One of the things I’ve learned in my years as a model is that the working relationship dynamic between models and photographers is very important. Although there are some general commonalities, it can often be unique from situation to situation and this is something that I thing warrants some discussion, particularly given some recent commentary I’ve read.
Models and photographers need to be able to trust one another to some degree. This can take time to develop in some cases which is why some like to do multiple shoots with the same model or photographer. If this is an option, I think it can allow for more exploration and development of concepts. But some of us only have one shoot, or at least only one shoot planned at the time, so we have to be able to develop that trust quickly, often partly through pre-shoot communications and checking references. This is also why I advocate following your instincts when you see red flags. If you cannot trust who you are shooting with, your shoot will very likely not be the best shoot it can be.
I feel that trust is often tested when new models work with more experienced photographers, particularly when younger and/or less experienced models work with more experienced, often male photographers. While I advocate that models should learn to say no, I also strongly believe that photographers should not push, pressure, convince, or coerce models to go past their limits. Trust can also be tested when a model and photographer shoot alone, and when a model wants to explore her limits. Unfortunately, we live in culture where models often feel that that photographer is in charge and “dominate” in the situation. This irks me quite a bit. Even if the photographer is more experienced, that doesn’t mean the model should feel that they can’t say no.
Along with trust comes respect and I’m not really certain which I would say comes first or if either is more or less important. Although I think we usually focus on the idea of photographers respecting models, I feel that the respect really should be mutual. I think if you respect those you work with and they respect you, a lot of the issues that we see pop up often (inappropriate behavior, flaking, etc) would be lessened quite a lot. I also feel that if you can’t respect someone, or if you feel they don’t respect you, it’s not worth shooting with them.
I think respect is something that often comes up in discussions about shooting nude. Asking someone to shoot nudes is not disrespectful. Pressuring or pushing them to do so is, but just asking in a professional way is not in itself disrespectful. I think that compensation is another topic that I think of when I think of being respectful. Asking someone to shoot trade is not disrespectful and neither is politely declining and possibly offering an alternate form of compensation (often rates). We all have to say no and decline at some point, just ask we’ll probably all be turned down for a shoot at some point as well. If we handle those situations professionally and respectfully, they don’t turn into bigger issues.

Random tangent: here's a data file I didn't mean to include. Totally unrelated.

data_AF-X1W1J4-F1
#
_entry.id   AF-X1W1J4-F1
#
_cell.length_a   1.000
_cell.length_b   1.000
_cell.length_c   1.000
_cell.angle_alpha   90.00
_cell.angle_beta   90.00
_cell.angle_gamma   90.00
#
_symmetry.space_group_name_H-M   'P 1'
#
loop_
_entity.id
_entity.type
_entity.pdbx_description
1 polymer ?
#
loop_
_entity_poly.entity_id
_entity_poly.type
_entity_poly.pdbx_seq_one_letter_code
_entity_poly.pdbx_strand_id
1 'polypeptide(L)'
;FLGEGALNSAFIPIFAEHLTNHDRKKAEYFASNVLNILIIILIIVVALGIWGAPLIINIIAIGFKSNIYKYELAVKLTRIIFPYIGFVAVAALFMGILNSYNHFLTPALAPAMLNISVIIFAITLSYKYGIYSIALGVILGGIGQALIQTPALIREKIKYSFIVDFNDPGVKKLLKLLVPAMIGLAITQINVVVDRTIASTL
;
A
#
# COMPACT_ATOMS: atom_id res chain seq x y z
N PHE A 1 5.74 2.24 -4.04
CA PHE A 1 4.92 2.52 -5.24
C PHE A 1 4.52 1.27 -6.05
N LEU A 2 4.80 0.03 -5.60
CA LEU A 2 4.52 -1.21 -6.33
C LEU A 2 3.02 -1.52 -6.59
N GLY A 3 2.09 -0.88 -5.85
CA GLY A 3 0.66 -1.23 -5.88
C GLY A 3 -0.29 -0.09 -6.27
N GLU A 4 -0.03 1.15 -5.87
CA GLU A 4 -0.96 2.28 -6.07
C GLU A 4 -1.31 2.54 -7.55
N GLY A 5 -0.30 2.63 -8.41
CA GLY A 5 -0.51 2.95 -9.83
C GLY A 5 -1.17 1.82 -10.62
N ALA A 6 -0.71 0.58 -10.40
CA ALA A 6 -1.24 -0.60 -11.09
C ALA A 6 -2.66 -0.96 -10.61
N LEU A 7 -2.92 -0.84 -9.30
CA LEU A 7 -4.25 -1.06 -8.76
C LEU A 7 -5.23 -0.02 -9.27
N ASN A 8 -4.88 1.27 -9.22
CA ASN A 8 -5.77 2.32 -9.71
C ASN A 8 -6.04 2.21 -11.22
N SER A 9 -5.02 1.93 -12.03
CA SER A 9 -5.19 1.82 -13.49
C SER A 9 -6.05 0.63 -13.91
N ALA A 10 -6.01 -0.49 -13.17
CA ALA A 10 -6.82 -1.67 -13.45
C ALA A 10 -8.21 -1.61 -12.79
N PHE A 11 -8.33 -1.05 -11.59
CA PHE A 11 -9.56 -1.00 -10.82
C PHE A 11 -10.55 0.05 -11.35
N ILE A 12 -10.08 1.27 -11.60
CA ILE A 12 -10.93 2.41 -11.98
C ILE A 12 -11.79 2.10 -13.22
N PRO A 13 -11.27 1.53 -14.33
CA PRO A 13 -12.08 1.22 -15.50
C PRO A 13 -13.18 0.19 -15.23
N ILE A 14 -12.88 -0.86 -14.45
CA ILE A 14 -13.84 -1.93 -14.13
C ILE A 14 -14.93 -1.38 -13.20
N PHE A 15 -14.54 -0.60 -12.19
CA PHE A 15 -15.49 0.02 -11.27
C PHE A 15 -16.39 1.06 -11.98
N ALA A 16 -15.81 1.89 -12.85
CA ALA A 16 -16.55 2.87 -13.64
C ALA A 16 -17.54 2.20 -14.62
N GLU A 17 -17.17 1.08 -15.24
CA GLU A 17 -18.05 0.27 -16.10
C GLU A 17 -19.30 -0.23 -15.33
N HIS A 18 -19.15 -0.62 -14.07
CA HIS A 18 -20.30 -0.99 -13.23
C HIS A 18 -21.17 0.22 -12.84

And again, although I think sometimes the issues we think of most often are those where we feel a photographer was not respectful to a model, but models should respect photographers as well. We need to understand that they are giving their time and talent as well. We should arrive on time and be clear and professional in our communication. Models shouldn’t alter images in any way without a photographer permission and should understand that generally photographers prefer to edit their own images (or to have it done by a retoucher or editor of their choice). And we should all credit each other when posting the images regardless of payment (unless some other agreement was made).
Now, I’m going to shift gears a bit… if trust and respect are in place sometimes the dynamic can become more friendly and/or playful. I experience this often when I shoot with friends. In those cases, I feel safe, I trust those people and I know they respect me so sometimes we tease each other, we make comments that might not be appropriate outside of that context, sometimes we experiment with shoots and try things that I might not be comfortable trying with someone else.
It occurred to me the other day that this more friendly dynamic that can come about is probably where some of the issues I’ve seen come from. Some people don’t understand that this is something that is developed and they assume that this behavior is appropriate with everyone when it’s not.
Modeling and model photographer are both jobs/hobbies/art that require you to work with other people and I think understanding these things is important to avoid complications and misunderstandings. I hope that this insight might be helpful and I’d love to hear your thoughts on this in the comments. You’re also welcome to share this. I think it’s an important discussion that we should all have.